The Cameron University Department of Mathematical Sciences has been awarded a $3,000 grant from the National Science Foundation/Mathematical Association of America (MAA) that will allow Cameron math, chemistry, biology, engineering and computing and technology students to participate in MAA’s PIC Math (Preparation for Industrial Careers in Mathematical Sciences) program. Cameron is one of only 49 universities across the county to be selected for participation in PIC Math, which prepares students for industrial careers by engaging them in research problems that come directly from business and industry.
“Career opportunities in business and industry for graduates with a degree in mathematical sciences are vast,” says Dr. Narayan Thapa, Chair, Cameron Department of Mathematical Sciences. “Thanks to this significant grant, Cameron students will gain valuable hands-on experience in applying their academic knowledge to real-life research projects. This will allow our students to explore just a small portion of the multitude of business sectors in which mathematicians find career success and achievement.”
During the Spring 2016 semester, 18 students from academic disciplines within the School of Science and Technology will work on two undergraduate research projects which were generated directly from business, industry and/or government. The projects assigned to Cameron’s research project are “Using Internet Data to Forecast Diseases” and “An Advection-Diffusion-Reaction Model for Drug Distribution in Moving Biofluids.” During the course of the research, the students will gain valuable experience in problem-solving, critical thinking, independent thinking and communication.
The goal of “Using Internet Data to Forecast Diseases” is to determine if one can use Internet data to monitor and/or forecast diseases or disease-related behavior in a specific community and/or around the world. Students working on this research project will have direct access to Dr. Sara Del Valle, Los Alamos National Lab, who serves as the Industrial Liaison.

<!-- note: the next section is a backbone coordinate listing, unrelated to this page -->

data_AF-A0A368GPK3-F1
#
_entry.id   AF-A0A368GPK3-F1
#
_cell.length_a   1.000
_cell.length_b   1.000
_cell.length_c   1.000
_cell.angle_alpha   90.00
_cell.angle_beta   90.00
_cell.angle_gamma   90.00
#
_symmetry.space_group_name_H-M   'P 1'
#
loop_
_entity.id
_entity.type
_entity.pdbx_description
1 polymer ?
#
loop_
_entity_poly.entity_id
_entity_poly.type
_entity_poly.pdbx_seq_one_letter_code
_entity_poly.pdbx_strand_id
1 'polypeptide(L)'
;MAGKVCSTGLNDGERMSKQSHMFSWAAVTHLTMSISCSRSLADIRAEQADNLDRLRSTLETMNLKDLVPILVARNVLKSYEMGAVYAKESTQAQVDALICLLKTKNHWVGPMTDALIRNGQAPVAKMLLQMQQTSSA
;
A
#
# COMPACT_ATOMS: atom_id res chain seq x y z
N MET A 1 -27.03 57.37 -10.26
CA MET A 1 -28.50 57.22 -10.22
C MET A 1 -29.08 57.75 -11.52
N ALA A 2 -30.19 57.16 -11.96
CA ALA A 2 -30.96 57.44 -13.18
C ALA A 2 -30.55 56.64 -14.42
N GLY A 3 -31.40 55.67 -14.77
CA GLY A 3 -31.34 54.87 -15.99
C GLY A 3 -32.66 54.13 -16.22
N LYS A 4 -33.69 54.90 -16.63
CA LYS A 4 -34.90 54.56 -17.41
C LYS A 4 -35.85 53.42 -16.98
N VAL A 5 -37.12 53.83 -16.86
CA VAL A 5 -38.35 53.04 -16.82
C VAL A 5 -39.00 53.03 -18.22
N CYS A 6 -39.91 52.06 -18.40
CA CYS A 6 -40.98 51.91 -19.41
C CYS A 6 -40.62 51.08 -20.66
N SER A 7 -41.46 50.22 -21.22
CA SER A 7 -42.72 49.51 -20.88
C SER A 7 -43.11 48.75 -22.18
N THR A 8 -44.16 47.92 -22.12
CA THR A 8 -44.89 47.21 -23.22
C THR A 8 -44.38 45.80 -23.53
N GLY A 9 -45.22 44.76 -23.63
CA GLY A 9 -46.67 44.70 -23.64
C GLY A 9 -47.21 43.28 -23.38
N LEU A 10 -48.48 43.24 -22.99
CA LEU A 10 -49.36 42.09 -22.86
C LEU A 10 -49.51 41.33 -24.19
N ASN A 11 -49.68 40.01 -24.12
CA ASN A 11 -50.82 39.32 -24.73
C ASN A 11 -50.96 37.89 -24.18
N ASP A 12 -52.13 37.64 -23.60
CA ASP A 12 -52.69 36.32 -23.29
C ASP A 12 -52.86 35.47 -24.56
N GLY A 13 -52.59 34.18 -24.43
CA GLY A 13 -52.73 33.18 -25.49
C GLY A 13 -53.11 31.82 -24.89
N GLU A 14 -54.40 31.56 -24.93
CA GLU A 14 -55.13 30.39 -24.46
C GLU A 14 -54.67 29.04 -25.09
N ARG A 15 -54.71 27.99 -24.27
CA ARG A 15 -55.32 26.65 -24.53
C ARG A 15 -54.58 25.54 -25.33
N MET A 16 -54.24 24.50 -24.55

Students working on “An Advection-Diffusion-Reaction Model for Drug Distribution in Moving Biofluids” will seek to gain an understanding of how drugs bind to proteins as these compounds travel toward their ultimate targets. This project is mentored by Industrial Liaison Dr. Jeffrey Saltzman, Head of Predictive Sciences Strategic Program at AstraZeneca.
Students participating in the PIC Math research project are:
Duncan: Brandon Payne
Elgin: Katherine Hendricks
Jhapa, Nepal: Abhaya Paudel
Kathmandu, Nepal: Kaina Khadka, Ujjwol Khatri, Jashmon Rana, Suresh Sunuwar
Kavrepalanchok, Nepal: Samikchhya Humagain
Lalitpur, Nepal: Ayush Joshi
Lawton/Fort Sill: Tyler Bishop, Anna Chen, Violet Hein, James King, Monique Smith, Jeein Yoon
Makawanpur, Nepal: Sujana Rupakhati
Oklahoma City: Natalie Wimer
Faculty members from the Department of Mathematical Sciences will serve as mentors for the research project. In addition to Thapa, they are Dr. Ioannis Argyros, Professor; Dr. James Dover, Assistant Professor; and Irene Corriette, Instructor.
The PIC Math Program has three goals:
• To increase awareness among mathematical sciences faculty and undergraduates about non-academic career options
• To provide research experience working on real problems from business, industry, and government
• To prepare students for industrial careers
The Cameron students will present their results in person and be recognized for their competition accomplishments at the annual conference of the Society for Industrial and Applied Mathematics (SIAM), scheduled for July 2016 in Boston.
Funding for this project is provided by NSF grant DMS-1345499 through the MAA Preparation for Industrial Careers in Mathematical Sciences Program (PIC Math), www.maaa.org/picmath.
January 11, 2016